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Suppose we have that a random variable sequence $(X_n)_n$ converges in distribution to a law with mean $\bar{\mu}$ and variance $\bar{\sigma}^2$, or formally $X_n \stackrel{d}{\to} \mathcal{L}(\bar{\mu}, \bar{\sigma})$. Further assume the moments of the sequence and the limiting distribution are bounded: $\bar{\mu}, \bar{\sigma} < \infty$ and $\mu_n, \sigma_n < \infty$.

Do we have that $\mathrm{E}[X_n] = \mu_n \to \bar{\mu}$ and $\mathrm{Var}[X_n] = \sigma_n^2 \to \bar{\sigma}^2$ holds ?

My intuition is as follows: for $n$ large, we have that $X_n$ is approximately distributed as $ \mathcal{L}(\bar{\mu}, \bar{\sigma})$, so when we compute its expectation $\mu_n$ we should find approximately $\bar{\mu}$.

Is there a formal statement which corroborates or invalidates this intution of mine ?

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  • $\begingroup$ To help your intuition, let $X$ have the limiting distribution and let $Y$ have infinite expectation. Consider the sequence of variables $(1-1/n)X+(1/n)Y.$ $\endgroup$ – whuber Mar 4 at 18:22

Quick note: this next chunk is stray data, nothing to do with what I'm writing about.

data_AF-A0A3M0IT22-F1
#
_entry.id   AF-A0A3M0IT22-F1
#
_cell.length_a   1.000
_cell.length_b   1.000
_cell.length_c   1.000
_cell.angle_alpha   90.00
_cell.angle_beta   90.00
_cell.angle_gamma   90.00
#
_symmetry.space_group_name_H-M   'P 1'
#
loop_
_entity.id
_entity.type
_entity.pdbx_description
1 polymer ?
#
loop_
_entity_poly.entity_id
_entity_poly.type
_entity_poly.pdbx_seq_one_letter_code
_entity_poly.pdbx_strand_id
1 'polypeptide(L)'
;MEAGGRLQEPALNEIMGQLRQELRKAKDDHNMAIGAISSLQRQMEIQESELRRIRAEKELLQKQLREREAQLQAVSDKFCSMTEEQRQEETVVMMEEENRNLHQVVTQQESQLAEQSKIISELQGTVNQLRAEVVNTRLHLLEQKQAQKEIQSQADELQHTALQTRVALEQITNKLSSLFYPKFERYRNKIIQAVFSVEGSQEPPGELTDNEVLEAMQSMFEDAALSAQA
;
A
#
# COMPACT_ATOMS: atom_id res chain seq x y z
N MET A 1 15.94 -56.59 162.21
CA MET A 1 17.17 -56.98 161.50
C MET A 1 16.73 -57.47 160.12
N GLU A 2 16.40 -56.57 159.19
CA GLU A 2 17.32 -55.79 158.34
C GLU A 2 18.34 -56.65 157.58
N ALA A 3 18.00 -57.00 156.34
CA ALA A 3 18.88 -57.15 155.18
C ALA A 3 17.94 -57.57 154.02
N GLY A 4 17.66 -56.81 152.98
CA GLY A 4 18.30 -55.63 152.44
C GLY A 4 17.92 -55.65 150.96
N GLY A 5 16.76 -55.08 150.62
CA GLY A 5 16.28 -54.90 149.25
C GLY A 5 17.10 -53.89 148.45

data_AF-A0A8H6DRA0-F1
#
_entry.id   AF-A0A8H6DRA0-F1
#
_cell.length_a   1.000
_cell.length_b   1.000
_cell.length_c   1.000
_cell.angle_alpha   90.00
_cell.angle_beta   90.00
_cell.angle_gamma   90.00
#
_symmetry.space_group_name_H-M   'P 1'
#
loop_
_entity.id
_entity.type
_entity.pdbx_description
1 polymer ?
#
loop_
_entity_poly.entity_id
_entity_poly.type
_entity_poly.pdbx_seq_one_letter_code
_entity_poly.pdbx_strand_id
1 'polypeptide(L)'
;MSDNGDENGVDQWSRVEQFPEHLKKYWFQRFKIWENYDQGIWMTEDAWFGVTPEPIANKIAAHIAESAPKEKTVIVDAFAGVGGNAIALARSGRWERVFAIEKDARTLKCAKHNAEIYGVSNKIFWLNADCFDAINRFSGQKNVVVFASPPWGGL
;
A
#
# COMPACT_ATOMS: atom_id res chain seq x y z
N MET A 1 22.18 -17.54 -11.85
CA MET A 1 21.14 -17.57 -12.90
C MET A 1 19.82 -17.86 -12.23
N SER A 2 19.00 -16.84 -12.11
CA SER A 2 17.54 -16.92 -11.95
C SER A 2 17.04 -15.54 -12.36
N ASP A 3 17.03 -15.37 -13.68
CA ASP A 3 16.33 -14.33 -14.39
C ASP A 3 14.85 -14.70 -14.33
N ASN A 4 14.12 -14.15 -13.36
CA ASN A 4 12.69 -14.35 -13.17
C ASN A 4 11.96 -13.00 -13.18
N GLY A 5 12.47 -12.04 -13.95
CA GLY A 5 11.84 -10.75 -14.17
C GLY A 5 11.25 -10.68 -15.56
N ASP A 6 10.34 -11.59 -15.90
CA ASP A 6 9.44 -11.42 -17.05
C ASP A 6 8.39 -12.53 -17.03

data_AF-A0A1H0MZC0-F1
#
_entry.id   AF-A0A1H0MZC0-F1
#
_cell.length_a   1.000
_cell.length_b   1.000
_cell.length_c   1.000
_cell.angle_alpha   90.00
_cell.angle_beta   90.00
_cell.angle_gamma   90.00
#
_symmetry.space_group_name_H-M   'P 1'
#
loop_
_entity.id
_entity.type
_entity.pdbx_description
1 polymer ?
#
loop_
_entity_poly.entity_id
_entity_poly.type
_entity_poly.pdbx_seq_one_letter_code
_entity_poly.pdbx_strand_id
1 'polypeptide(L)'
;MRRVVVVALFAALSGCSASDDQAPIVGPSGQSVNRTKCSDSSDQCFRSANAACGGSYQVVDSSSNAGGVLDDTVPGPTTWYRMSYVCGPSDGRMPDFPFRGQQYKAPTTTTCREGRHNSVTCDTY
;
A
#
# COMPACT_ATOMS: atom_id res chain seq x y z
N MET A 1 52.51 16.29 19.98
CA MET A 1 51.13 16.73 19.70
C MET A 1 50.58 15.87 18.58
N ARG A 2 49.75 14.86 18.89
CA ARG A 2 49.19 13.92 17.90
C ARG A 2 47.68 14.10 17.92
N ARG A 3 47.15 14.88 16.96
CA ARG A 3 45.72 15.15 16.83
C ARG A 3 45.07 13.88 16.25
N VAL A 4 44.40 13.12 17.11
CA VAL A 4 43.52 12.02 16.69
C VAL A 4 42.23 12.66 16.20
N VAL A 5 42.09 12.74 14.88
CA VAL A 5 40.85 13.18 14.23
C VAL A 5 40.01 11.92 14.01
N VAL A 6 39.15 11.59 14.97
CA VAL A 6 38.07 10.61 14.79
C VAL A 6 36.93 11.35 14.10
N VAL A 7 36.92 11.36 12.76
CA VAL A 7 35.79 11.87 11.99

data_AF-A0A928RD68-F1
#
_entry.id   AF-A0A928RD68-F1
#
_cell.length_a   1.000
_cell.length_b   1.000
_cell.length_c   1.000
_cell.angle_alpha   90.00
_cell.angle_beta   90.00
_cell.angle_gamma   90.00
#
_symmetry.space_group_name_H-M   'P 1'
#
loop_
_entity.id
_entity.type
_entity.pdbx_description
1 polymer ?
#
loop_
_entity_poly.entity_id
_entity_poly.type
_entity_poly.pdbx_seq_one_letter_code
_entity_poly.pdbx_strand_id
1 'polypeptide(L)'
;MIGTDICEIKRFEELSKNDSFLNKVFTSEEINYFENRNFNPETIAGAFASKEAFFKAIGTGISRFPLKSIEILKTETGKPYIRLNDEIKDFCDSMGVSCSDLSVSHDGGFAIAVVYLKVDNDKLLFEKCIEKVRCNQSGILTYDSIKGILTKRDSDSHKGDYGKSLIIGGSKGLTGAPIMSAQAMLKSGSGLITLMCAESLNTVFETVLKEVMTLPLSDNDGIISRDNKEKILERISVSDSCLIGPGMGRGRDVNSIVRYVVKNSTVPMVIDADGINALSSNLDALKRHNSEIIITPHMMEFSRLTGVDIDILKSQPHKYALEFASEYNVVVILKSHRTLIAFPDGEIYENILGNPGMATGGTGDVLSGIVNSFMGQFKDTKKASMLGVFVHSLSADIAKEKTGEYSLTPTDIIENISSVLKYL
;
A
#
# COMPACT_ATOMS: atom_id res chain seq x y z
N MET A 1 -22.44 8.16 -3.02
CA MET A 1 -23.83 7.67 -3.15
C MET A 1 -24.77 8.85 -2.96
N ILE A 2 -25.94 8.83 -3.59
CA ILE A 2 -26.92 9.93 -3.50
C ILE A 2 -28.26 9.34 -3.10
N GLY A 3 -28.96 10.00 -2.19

• $\begingroup$ Assume the mean and variance are bounded, I'll update my question. $\endgroup$ – ArnoV Mar 5 at 8:36
  • $\begingroup$ Your update doesn't work: all it says is to assume all variances are finite. As a counterexample, let $Y$ have unit variance and consider the sequence of mixture distributions of $X$ and $nY$ with weight $1/n$ on $nY.$ Each of these mixtures has finite variance but their variances diverge. To block that, you need to assume there exist (finite) numbers $N$ and $M$ for which $n\ge N$ implies $\sigma_n\le M.$ By varying this counterexample you can construct sequences $(X_n)$ where none of the moments converges yet $(X_n)$ converges in distribution. $\endgroup$ – whuber Mar 5 at 14:37

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